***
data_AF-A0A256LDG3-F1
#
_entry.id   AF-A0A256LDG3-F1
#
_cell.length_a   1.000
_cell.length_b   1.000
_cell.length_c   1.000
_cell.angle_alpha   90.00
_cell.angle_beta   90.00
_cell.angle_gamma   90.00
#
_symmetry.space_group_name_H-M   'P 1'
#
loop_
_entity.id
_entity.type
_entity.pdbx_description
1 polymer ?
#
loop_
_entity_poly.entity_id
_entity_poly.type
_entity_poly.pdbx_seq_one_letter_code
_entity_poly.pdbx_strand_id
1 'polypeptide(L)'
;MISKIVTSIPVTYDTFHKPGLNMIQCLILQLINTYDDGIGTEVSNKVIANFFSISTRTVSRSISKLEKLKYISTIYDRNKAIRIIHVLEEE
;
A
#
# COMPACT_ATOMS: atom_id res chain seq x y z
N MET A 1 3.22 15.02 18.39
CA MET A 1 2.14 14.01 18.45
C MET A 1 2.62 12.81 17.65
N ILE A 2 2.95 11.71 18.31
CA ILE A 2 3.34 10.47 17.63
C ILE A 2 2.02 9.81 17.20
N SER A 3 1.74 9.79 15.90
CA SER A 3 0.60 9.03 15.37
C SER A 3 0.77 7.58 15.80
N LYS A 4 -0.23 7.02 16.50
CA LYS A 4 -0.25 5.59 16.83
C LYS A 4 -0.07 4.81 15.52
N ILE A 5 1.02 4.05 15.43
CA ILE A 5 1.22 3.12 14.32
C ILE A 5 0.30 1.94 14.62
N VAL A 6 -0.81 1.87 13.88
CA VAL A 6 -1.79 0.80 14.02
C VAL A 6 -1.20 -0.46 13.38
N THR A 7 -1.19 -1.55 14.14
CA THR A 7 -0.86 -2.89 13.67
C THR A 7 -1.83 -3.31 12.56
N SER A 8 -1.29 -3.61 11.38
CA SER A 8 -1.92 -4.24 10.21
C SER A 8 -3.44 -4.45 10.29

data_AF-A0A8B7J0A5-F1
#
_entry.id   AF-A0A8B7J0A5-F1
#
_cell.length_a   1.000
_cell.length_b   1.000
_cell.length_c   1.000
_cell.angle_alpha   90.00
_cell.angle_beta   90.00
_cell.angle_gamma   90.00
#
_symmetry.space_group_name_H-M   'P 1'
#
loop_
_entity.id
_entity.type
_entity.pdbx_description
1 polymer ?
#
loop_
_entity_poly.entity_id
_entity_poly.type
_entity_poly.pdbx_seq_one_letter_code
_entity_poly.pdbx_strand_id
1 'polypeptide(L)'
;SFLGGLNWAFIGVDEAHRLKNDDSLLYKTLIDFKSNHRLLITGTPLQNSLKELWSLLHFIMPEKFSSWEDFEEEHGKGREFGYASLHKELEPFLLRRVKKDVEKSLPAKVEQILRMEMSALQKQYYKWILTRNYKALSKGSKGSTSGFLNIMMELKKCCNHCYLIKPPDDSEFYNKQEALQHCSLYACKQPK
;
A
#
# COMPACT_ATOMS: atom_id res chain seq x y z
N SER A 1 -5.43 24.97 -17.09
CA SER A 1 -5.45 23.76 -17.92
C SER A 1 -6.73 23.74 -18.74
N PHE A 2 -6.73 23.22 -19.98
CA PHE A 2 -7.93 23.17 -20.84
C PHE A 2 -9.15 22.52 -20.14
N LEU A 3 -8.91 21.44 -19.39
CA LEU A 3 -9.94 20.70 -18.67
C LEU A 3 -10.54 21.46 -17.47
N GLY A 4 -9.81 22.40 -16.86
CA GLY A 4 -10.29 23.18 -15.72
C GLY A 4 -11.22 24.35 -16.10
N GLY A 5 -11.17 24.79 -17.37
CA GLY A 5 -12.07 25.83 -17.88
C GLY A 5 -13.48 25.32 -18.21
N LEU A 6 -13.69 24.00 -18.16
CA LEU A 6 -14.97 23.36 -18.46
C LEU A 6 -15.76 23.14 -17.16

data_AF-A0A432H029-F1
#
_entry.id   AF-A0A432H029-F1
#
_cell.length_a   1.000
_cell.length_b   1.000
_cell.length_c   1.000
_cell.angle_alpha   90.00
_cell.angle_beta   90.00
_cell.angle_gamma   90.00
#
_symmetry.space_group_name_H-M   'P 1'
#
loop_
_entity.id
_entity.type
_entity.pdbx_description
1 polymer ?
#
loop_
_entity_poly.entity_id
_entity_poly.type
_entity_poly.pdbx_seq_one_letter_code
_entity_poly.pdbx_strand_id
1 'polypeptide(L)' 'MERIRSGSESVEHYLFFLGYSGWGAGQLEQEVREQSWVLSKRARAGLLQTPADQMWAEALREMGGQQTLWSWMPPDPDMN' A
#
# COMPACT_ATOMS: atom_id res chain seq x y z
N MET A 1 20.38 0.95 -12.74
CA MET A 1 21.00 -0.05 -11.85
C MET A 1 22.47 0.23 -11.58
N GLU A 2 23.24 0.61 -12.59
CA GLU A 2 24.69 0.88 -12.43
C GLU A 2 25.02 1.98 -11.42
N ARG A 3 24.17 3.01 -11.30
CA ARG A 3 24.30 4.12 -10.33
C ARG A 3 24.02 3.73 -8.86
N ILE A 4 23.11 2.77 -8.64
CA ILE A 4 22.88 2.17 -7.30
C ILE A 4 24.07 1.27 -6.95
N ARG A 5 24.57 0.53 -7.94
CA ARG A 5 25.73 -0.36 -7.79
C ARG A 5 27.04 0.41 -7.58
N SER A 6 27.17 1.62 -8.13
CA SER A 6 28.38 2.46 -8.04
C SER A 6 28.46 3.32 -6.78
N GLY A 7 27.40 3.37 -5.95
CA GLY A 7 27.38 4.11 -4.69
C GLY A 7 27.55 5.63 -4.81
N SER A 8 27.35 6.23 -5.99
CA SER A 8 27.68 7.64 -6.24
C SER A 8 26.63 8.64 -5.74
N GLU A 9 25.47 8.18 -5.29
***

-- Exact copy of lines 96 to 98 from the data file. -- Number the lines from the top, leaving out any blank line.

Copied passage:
C GLY A 4 -11.22 24.35 -16.10
N GLY A 5 -11.17 24.79 -17.37
CA GLY A 5 -12.07 25.83 -17.88